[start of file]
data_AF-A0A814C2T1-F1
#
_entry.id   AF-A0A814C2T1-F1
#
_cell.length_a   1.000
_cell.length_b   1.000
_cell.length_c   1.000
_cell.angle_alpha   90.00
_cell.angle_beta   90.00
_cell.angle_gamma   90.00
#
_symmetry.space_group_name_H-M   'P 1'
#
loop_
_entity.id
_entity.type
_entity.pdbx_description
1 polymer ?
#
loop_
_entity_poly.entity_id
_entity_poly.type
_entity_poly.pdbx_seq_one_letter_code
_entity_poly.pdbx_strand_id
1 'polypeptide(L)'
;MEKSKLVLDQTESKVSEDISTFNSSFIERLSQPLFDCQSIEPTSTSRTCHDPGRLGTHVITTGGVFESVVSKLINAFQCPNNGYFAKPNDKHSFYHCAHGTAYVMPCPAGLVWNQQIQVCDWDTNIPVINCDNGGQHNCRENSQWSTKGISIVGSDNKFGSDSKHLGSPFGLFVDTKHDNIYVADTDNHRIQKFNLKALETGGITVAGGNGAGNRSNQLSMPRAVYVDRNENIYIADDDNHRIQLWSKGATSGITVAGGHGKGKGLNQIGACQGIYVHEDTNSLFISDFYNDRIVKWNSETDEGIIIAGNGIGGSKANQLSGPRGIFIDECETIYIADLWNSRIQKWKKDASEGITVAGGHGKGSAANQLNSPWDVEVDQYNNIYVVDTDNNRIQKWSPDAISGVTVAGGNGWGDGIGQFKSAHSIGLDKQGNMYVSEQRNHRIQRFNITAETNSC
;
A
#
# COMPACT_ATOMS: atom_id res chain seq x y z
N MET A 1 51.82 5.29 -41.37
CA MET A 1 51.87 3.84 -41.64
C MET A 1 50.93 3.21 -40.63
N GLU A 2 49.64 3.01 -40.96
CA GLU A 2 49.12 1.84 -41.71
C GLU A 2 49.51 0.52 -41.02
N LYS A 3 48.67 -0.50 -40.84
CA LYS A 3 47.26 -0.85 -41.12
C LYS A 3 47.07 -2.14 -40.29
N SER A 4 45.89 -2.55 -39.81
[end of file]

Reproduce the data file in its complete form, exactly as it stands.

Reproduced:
data_AF-A0A814C2T1-F1
#
_entry.id   AF-A0A814C2T1-F1
#
_cell.length_a   1.000
_cell.length_b   1.000
_cell.length_c   1.000
_cell.angle_alpha   90.00
_cell.angle_beta   90.00
_cell.angle_gamma   90.00
#
_symmetry.space_group_name_H-M   'P 1'
#
loop_
_entity.id
_entity.type
_entity.pdbx_description
1 polymer ?
#
loop_
_entity_poly.entity_id
_entity_poly.type
_entity_poly.pdbx_seq_one_letter_code
_entity_poly.pdbx_strand_id
1 'polypeptide(L)'
;MEKSKLVLDQTESKVSEDISTFNSSFIERLSQPLFDCQSIEPTSTSRTCHDPGRLGTHVITTGGVFESVVSKLINAFQCPNNGYFAKPNDKHSFYHCAHGTAYVMPCPAGLVWNQQIQVCDWDTNIPVINCDNGGQHNCRENSQWSTKGISIVGSDNKFGSDSKHLGSPFGLFVDTKHDNIYVADTDNHRIQKFNLKALETGGITVAGGNGAGNRSNQLSMPRAVYVDRNENIYIADDDNHRIQLWSKGATSGITVAGGHGKGKGLNQIGACQGIYVHEDTNSLFISDFYNDRIVKWNSETDEGIIIAGNGIGGSKANQLSGPRGIFIDECETIYIADLWNSRIQKWKKDASEGITVAGGHGKGSAANQLNSPWDVEVDQYNNIYVVDTDNNRIQKWSPDAISGVTVAGGNGWGDGIGQFKSAHSIGLDKQGNMYVSEQRNHRIQRFNITAETNSC
;
A
#
# COMPACT_ATOMS: atom_id res chain seq x y z
N MET A 1 51.82 5.29 -41.37
CA MET A 1 51.87 3.84 -41.64
C MET A 1 50.93 3.21 -40.63
N GLU A 2 49.64 3.01 -40.96
CA GLU A 2 49.12 1.84 -41.71
C GLU A 2 49.51 0.52 -41.02
N LYS A 3 48.67 -0.50 -40.84
CA LYS A 3 47.26 -0.85 -41.12
C LYS A 3 47.07 -2.14 -40.29
N SER A 4 45.89 -2.55 -39.81